As most of the obituaries pointed out last week, the death of Lord
Rothermere signalled the end of an era in newspaper publishing. He
seemed to belong to another age, one inhabited by the likes of Lord
Beaverbrook or the fictional press baron of Evelyn Waugh’s Scoop. It
wasn’t as straightforward as that though. He also had a foot in a more
modern age and made an immense contribution to (arguably) the greatest
success story in the newspaper business over the past 30 years or so -
the revival of the Daily Mail.
He also realised how important it was for the Daily Mail and General
Trust to diversify into electronic media. Along with Associated
Newspapers’ editor-in-chief, Sir David English, who also took at least
half of the credit for resurrecting the Mail, he oversaw the launch of
Channel One, a ’metro’ cable channel format launched in London, Bristol
Sadly, though, Sir David English also died this year. Within a matter of
months, DMGT and Associated have lost its two greatest guiding lights.
Are they irreplaceable?
Of course - in as much as anyone is irreplaceable. Lord Rothermere’s
mantle falls to his son, Jonathan, who is to become chairman of
Jonathan is relatively young and is an unknown quantity. But does he now
find himself at the helm of a ship that sails itself - or will the loss
of both Sir David and Lord Rothermere have a marked impact on the
performance of the company?
Some analysts believe we already have the answer. The day after
Rothermere died, the Channel One stations in London and Bristol were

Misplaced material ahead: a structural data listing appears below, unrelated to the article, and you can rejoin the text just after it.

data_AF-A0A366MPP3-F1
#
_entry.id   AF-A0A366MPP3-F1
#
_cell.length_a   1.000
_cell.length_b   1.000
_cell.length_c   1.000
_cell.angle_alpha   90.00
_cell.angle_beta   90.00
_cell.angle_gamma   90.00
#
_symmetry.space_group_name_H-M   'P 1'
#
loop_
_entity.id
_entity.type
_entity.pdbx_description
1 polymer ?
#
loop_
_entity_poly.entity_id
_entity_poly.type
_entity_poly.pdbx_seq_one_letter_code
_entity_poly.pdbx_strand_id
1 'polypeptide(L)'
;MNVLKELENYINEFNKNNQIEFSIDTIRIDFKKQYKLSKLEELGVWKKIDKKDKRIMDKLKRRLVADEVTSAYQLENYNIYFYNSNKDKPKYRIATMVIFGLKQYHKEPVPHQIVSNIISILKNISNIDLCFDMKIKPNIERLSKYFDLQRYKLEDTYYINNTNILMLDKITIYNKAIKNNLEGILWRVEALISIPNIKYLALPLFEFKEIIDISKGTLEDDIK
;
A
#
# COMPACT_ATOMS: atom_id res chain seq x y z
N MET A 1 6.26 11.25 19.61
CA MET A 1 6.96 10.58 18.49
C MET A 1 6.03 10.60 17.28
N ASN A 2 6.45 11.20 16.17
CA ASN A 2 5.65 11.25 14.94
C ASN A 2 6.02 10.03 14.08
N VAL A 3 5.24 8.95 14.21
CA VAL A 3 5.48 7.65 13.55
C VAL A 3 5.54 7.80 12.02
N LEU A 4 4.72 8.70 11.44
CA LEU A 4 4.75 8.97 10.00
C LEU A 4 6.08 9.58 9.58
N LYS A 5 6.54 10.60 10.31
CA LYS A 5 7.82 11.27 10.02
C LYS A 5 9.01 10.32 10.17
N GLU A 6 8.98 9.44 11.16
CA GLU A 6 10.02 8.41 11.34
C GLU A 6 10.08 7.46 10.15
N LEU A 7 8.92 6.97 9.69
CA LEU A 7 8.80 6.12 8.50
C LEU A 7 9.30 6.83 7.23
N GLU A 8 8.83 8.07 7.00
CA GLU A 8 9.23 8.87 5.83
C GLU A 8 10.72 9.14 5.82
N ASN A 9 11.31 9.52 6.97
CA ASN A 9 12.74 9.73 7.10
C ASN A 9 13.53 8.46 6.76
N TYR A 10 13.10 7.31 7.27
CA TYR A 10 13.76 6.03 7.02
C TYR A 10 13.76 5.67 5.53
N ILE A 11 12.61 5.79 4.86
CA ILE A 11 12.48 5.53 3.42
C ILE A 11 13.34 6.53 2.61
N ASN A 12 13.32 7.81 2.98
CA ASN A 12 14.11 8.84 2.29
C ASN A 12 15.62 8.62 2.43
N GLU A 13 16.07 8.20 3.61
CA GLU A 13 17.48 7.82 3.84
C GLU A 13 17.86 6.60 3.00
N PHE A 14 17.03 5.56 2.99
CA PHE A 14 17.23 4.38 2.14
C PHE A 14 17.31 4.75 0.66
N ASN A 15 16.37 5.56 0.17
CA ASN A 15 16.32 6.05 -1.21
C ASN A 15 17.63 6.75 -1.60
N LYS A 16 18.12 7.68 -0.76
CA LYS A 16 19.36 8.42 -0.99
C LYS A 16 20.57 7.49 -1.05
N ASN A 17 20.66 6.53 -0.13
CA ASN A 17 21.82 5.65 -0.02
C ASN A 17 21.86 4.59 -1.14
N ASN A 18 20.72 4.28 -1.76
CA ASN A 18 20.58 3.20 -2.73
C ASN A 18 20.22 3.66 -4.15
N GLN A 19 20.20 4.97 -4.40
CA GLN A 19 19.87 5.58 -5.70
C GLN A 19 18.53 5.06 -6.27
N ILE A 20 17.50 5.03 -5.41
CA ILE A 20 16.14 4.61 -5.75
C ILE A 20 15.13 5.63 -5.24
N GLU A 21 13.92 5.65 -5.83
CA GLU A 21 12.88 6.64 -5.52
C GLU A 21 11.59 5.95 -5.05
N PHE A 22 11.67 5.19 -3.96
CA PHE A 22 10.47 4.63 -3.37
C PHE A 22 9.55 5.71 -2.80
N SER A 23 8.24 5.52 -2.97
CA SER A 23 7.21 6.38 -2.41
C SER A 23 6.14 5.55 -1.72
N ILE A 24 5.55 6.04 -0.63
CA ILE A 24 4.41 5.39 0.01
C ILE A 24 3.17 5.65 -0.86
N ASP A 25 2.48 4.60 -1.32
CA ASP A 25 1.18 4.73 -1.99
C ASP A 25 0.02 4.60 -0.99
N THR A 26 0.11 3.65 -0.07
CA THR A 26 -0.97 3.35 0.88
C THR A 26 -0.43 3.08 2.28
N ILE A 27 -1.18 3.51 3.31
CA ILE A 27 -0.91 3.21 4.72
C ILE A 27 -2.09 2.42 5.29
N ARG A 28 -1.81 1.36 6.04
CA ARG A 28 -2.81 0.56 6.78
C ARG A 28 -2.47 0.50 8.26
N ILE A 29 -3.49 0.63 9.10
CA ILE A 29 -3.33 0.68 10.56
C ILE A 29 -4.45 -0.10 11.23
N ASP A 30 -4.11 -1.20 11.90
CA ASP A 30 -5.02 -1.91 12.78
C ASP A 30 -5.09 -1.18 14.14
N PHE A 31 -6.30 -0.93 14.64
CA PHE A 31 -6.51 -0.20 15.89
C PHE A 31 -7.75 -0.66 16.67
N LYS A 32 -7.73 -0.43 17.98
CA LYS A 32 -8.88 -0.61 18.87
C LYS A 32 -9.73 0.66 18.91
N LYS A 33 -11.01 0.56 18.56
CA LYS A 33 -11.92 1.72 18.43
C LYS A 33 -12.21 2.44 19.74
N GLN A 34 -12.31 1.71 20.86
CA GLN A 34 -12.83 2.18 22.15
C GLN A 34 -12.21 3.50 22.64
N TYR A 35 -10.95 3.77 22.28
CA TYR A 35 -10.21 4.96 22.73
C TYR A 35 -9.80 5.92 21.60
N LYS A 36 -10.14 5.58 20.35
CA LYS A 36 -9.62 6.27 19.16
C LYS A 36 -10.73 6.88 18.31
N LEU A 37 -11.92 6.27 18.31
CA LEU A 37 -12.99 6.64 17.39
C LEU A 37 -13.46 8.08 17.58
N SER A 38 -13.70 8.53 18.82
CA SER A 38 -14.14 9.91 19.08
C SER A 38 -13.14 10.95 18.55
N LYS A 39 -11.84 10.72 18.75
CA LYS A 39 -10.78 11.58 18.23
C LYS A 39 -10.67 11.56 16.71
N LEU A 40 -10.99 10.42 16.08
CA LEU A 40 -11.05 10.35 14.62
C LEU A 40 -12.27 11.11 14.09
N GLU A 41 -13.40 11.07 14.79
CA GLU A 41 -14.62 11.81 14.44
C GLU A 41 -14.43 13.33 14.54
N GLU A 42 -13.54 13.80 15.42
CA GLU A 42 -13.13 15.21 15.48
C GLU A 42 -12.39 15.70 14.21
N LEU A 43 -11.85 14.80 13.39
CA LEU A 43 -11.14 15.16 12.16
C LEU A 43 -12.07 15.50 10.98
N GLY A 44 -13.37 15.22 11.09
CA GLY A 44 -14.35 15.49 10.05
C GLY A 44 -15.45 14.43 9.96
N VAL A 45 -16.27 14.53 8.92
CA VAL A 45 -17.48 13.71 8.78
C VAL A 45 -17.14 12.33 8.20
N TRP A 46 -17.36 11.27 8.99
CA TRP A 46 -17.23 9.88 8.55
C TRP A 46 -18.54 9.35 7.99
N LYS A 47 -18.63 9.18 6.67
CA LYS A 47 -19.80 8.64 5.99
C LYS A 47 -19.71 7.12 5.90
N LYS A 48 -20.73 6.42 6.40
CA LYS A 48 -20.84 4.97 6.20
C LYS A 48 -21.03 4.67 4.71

closed (although the Liverpool operation, a partnership with the
regional newspaper publisher, Trinity, will continue).
Peter Williams, DMGT’s finance director, claimed last week that the
timing was an unfortunate coincidence. The decision was actually taken
following the death of Sir David. Some might say that this is no less
unfortunate an admission. Channel One was closed because it was deemed
to be losing too much money for too long. Perhaps accountancy now has
the upper hand over editorial vision.
Can we expect similar consideration to begin affecting the operation of
the Daily Mail and the Mail on Sunday - and let’s not forget that the
latter, like Channel One, struggled desperately in its early years but
is now hugely successful.
Guy Zitter, the managing director of the Daily Mail, believes it will be
business as usual. ’Lord Rothermere and Sir David English played a vital
role in the success of the Daily Mail. They came up with a strategy and
built the foundations upon which today’s Daily Mail is growing. They
also put in place a team of enormous strength and depth to continue and
develop their success.’
Does the advertising industry see it that way? Yes, by and large. Bill
Jones, the deputy chairman of MediaCom, argues that the most important
succession took place months ago. ’The management has incredible
strength and the momentum to carry things through. Paul Dacre (who took
over as editorial director this summer) is proving a more than able
successor to Sir David.’
Bob Offen, the chief executive of Mediapolis, says there’s another side
to the coin: ’While Lord Rothermere and Sir David English probably
weren’t hands on, day after day, they probably exercised a restraining
People would have rejected ideas because they might have said to
themselves, ’This isn’t what they will want’. What sometimes happens
when there’s a generational change like this is that it can uncork a
tremendous amount of energy. The company will continue to be successful
as long as it continues to believe that editorial is key - and whatever
happens that will not change overnight.’